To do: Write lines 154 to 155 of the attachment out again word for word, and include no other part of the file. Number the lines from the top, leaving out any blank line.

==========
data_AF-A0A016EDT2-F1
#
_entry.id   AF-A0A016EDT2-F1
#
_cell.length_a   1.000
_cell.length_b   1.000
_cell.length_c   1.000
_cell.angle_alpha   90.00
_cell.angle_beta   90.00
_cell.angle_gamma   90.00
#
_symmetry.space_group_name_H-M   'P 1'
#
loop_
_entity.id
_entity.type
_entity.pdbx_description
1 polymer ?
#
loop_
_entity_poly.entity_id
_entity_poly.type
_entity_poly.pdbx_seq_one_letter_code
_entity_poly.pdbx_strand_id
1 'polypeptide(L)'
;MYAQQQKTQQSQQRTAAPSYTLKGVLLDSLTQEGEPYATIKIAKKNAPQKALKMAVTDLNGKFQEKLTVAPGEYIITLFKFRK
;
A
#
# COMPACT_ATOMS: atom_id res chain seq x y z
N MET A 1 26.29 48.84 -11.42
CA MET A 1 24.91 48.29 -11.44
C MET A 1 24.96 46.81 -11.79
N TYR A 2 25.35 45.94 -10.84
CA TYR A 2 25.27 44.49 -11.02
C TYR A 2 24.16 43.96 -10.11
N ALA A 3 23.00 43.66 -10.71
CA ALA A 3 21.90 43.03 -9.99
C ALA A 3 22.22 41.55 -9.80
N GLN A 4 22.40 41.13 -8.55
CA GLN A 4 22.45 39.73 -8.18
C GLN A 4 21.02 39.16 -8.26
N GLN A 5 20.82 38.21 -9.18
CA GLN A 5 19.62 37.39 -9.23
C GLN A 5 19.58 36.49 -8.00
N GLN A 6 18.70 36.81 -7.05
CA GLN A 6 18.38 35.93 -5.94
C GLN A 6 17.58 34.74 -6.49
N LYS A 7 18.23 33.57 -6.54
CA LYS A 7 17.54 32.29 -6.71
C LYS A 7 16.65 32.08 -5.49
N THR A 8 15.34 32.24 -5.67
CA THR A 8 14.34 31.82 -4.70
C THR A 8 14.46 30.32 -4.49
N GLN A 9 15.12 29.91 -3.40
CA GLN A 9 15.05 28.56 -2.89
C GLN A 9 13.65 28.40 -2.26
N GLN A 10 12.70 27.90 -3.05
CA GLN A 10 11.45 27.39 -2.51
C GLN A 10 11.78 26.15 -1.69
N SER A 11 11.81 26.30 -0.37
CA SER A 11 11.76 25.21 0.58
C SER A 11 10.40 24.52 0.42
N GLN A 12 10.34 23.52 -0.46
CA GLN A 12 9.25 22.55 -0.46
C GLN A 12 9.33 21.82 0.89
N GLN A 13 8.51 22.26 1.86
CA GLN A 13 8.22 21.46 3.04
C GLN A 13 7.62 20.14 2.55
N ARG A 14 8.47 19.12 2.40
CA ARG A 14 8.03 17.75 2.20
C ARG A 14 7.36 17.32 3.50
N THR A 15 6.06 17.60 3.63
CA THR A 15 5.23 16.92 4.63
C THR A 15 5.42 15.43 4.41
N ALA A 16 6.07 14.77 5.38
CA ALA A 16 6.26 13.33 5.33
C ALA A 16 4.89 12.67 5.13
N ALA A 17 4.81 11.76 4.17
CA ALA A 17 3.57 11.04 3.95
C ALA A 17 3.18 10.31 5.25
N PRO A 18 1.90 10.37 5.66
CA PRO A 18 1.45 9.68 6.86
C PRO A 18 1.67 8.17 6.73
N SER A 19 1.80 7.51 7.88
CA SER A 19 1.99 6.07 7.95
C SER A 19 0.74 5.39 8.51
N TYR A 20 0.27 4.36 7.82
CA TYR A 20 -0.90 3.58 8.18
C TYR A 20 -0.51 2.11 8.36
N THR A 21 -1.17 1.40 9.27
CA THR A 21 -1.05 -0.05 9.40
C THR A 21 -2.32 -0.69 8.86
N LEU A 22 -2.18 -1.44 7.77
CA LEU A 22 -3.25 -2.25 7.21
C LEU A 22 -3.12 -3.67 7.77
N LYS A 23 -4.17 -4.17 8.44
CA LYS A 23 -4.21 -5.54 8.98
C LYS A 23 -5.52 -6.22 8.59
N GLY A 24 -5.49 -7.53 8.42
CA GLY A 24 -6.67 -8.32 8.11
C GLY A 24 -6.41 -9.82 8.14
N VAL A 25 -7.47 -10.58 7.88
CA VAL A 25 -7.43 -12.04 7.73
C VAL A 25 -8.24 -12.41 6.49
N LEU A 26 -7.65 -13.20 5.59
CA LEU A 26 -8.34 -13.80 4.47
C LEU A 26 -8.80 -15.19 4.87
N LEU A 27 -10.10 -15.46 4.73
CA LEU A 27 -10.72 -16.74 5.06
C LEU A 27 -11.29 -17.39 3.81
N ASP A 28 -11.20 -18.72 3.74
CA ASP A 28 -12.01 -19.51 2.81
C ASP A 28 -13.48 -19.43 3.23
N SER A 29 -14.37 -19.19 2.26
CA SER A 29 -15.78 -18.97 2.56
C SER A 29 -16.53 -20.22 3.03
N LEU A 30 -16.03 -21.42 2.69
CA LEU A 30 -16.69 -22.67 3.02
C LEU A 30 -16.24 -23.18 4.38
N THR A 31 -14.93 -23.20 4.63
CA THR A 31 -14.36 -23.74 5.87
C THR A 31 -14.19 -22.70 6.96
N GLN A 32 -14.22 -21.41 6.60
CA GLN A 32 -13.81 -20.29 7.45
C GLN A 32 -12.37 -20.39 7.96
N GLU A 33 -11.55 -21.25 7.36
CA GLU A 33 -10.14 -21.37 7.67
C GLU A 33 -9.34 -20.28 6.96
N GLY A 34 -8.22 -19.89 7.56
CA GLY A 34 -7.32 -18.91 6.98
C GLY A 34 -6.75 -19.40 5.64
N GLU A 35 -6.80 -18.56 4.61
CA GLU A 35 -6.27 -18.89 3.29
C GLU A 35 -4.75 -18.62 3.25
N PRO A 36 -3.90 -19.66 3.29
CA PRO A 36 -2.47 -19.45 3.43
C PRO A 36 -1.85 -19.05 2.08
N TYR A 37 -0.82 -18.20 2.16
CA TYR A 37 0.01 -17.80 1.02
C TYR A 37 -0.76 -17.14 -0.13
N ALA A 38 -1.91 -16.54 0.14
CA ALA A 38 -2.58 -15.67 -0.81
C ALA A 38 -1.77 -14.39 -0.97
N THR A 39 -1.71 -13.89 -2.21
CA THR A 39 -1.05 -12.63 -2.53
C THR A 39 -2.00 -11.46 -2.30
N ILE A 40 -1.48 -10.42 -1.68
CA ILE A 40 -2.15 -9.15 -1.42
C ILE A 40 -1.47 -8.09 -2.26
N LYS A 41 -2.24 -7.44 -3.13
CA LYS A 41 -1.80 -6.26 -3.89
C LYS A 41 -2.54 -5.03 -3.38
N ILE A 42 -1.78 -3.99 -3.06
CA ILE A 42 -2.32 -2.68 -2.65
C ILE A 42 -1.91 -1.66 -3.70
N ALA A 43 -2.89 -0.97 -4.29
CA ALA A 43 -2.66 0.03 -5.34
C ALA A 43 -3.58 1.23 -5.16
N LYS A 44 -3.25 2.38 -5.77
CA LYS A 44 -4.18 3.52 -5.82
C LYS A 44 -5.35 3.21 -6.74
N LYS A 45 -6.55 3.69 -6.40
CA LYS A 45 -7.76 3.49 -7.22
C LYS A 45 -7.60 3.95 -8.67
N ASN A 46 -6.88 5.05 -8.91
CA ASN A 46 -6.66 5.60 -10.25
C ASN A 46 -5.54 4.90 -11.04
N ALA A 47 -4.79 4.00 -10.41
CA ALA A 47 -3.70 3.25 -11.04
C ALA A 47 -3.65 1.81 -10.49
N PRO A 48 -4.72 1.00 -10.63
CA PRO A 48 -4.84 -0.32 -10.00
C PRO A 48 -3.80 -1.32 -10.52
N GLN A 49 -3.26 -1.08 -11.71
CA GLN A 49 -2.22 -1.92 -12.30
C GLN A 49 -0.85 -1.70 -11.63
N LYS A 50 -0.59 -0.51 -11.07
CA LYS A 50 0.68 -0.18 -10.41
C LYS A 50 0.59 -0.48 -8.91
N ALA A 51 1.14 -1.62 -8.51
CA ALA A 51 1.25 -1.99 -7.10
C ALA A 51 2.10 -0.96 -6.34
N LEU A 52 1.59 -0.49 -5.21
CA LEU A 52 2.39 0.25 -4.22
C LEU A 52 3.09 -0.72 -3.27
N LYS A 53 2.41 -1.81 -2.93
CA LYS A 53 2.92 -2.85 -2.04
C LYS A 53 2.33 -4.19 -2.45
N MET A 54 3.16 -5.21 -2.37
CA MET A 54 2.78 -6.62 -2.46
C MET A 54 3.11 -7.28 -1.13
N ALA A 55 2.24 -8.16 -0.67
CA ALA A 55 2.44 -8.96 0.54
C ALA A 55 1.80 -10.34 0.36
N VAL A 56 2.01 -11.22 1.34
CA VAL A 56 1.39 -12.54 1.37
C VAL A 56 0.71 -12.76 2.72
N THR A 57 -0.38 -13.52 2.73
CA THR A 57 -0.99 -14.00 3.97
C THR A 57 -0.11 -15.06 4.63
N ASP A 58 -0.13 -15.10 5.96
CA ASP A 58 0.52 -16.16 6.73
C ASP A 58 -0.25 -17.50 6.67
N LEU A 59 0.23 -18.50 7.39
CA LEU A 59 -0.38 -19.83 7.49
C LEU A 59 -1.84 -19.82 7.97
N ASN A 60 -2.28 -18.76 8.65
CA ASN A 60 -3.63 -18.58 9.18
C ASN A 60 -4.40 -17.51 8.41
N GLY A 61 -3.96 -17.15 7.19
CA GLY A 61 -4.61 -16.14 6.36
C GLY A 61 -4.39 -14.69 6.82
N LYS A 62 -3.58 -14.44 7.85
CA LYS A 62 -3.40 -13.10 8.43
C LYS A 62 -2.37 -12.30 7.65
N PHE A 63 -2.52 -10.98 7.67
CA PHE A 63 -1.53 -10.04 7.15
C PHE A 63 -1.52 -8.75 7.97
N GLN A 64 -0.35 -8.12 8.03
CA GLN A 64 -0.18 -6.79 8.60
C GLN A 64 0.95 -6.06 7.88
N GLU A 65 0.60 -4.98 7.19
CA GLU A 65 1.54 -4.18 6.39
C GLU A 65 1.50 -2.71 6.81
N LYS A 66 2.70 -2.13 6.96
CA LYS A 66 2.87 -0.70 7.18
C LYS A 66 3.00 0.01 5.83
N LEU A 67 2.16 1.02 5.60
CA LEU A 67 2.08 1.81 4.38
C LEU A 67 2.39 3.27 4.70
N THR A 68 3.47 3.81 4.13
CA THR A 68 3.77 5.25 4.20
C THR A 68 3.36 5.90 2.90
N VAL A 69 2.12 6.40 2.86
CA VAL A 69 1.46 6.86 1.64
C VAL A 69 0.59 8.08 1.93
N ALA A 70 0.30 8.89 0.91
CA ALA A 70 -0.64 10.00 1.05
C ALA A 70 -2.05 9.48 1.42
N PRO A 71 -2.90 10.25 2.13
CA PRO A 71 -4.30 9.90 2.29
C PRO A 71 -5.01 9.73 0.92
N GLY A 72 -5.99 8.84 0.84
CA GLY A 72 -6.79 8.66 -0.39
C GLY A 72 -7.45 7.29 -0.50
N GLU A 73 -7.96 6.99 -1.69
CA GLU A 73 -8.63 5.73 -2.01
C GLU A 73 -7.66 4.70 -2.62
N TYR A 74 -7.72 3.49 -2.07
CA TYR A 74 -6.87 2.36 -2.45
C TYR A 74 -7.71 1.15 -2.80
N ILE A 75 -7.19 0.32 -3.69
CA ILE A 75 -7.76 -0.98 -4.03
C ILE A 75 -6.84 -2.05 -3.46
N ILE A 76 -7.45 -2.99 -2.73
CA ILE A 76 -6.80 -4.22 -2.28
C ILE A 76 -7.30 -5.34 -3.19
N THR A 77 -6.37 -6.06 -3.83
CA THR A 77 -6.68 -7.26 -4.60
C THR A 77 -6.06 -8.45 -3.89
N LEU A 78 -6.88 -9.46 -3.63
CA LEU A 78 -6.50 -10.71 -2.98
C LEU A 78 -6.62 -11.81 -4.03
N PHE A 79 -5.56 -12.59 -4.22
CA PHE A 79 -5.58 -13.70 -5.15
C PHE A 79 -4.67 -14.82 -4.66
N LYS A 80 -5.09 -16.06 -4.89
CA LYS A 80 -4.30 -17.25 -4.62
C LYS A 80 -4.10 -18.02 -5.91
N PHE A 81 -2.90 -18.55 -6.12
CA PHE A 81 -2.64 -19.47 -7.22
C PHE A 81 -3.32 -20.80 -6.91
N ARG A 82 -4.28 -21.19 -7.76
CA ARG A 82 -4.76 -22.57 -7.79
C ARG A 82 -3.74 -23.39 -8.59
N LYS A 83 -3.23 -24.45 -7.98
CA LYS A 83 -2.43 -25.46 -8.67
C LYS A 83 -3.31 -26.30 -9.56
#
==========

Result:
N ILE A 42 -1.78 -3.99 -3.06
CA ILE A 42 -2.32 -2.68 -2.65